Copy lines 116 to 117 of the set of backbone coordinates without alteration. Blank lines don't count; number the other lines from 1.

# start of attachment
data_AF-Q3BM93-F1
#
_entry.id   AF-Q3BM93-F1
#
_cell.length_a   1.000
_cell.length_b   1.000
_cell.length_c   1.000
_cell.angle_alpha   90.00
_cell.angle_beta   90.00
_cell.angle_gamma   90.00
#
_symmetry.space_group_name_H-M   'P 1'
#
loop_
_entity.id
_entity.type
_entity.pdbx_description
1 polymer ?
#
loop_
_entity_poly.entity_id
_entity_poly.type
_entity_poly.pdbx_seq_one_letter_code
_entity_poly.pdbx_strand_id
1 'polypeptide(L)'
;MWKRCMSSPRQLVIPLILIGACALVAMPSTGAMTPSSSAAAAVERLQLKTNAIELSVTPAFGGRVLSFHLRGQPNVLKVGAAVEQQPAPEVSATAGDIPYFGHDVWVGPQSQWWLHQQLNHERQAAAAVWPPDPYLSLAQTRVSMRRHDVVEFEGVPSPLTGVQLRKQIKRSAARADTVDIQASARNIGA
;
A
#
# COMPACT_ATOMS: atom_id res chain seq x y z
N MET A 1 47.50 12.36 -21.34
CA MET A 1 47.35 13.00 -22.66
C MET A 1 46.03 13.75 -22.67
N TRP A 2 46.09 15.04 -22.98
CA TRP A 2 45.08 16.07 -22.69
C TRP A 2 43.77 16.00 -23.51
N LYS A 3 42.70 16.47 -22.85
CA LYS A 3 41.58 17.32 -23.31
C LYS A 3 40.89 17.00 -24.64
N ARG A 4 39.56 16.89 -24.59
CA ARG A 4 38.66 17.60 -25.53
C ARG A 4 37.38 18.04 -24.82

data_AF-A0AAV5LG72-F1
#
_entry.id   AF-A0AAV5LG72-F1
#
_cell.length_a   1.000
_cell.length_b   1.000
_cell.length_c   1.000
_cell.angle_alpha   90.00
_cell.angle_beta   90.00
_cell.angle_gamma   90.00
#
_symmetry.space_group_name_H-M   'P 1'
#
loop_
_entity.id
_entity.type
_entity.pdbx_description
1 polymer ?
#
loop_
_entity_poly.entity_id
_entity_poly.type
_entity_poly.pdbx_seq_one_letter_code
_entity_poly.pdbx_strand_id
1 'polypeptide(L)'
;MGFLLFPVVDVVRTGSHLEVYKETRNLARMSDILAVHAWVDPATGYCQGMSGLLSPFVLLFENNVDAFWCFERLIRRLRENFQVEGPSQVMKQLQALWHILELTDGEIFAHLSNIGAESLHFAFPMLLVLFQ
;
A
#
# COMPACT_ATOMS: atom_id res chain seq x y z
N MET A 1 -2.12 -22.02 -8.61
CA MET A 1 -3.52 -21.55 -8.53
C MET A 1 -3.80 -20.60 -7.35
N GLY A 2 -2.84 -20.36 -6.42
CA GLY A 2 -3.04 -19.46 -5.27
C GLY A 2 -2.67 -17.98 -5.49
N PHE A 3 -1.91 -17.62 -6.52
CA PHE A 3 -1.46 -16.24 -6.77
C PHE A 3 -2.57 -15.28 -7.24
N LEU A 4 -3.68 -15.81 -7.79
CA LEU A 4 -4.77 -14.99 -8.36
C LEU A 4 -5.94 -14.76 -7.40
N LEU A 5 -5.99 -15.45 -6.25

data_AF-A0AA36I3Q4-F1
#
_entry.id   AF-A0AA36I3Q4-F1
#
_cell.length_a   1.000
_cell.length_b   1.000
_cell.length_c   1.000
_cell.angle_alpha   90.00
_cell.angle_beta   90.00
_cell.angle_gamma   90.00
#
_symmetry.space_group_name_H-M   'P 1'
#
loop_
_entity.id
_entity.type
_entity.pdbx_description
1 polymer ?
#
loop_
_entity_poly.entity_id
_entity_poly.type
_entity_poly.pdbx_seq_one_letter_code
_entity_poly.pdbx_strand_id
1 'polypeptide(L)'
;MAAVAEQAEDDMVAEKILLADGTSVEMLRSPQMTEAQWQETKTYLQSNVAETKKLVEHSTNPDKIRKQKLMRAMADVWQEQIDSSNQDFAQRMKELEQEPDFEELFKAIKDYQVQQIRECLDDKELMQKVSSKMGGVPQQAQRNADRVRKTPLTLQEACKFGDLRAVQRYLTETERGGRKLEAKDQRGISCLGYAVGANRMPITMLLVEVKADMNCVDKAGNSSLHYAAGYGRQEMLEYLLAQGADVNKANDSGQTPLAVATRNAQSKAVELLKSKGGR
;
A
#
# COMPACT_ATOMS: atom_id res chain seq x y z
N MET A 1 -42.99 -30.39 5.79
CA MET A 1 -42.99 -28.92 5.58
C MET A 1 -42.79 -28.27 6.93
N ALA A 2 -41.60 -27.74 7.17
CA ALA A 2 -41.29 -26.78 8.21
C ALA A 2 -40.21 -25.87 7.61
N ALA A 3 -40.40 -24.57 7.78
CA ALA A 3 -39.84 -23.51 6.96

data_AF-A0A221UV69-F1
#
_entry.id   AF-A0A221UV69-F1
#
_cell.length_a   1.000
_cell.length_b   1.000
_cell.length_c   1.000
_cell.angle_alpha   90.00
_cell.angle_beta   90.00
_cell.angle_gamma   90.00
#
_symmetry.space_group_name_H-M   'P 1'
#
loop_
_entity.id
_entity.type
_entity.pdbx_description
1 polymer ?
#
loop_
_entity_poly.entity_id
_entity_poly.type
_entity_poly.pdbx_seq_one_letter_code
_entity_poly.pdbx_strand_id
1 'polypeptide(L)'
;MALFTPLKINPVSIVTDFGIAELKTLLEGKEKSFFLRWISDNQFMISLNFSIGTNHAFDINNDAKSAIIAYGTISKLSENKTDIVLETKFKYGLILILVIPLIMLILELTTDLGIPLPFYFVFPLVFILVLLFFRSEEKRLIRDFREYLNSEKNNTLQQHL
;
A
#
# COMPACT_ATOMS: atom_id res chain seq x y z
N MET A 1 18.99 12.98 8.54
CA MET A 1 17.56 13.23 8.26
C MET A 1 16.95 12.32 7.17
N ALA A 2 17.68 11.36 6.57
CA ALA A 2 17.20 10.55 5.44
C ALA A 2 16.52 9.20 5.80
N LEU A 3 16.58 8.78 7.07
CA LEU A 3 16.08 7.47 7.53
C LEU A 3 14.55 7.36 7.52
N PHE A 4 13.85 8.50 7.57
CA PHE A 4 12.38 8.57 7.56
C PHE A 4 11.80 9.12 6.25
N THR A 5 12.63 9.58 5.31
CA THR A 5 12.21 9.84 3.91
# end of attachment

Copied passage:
N MET A 1 -42.99 -30.39 5.79
CA MET A 1 -42.99 -28.92 5.58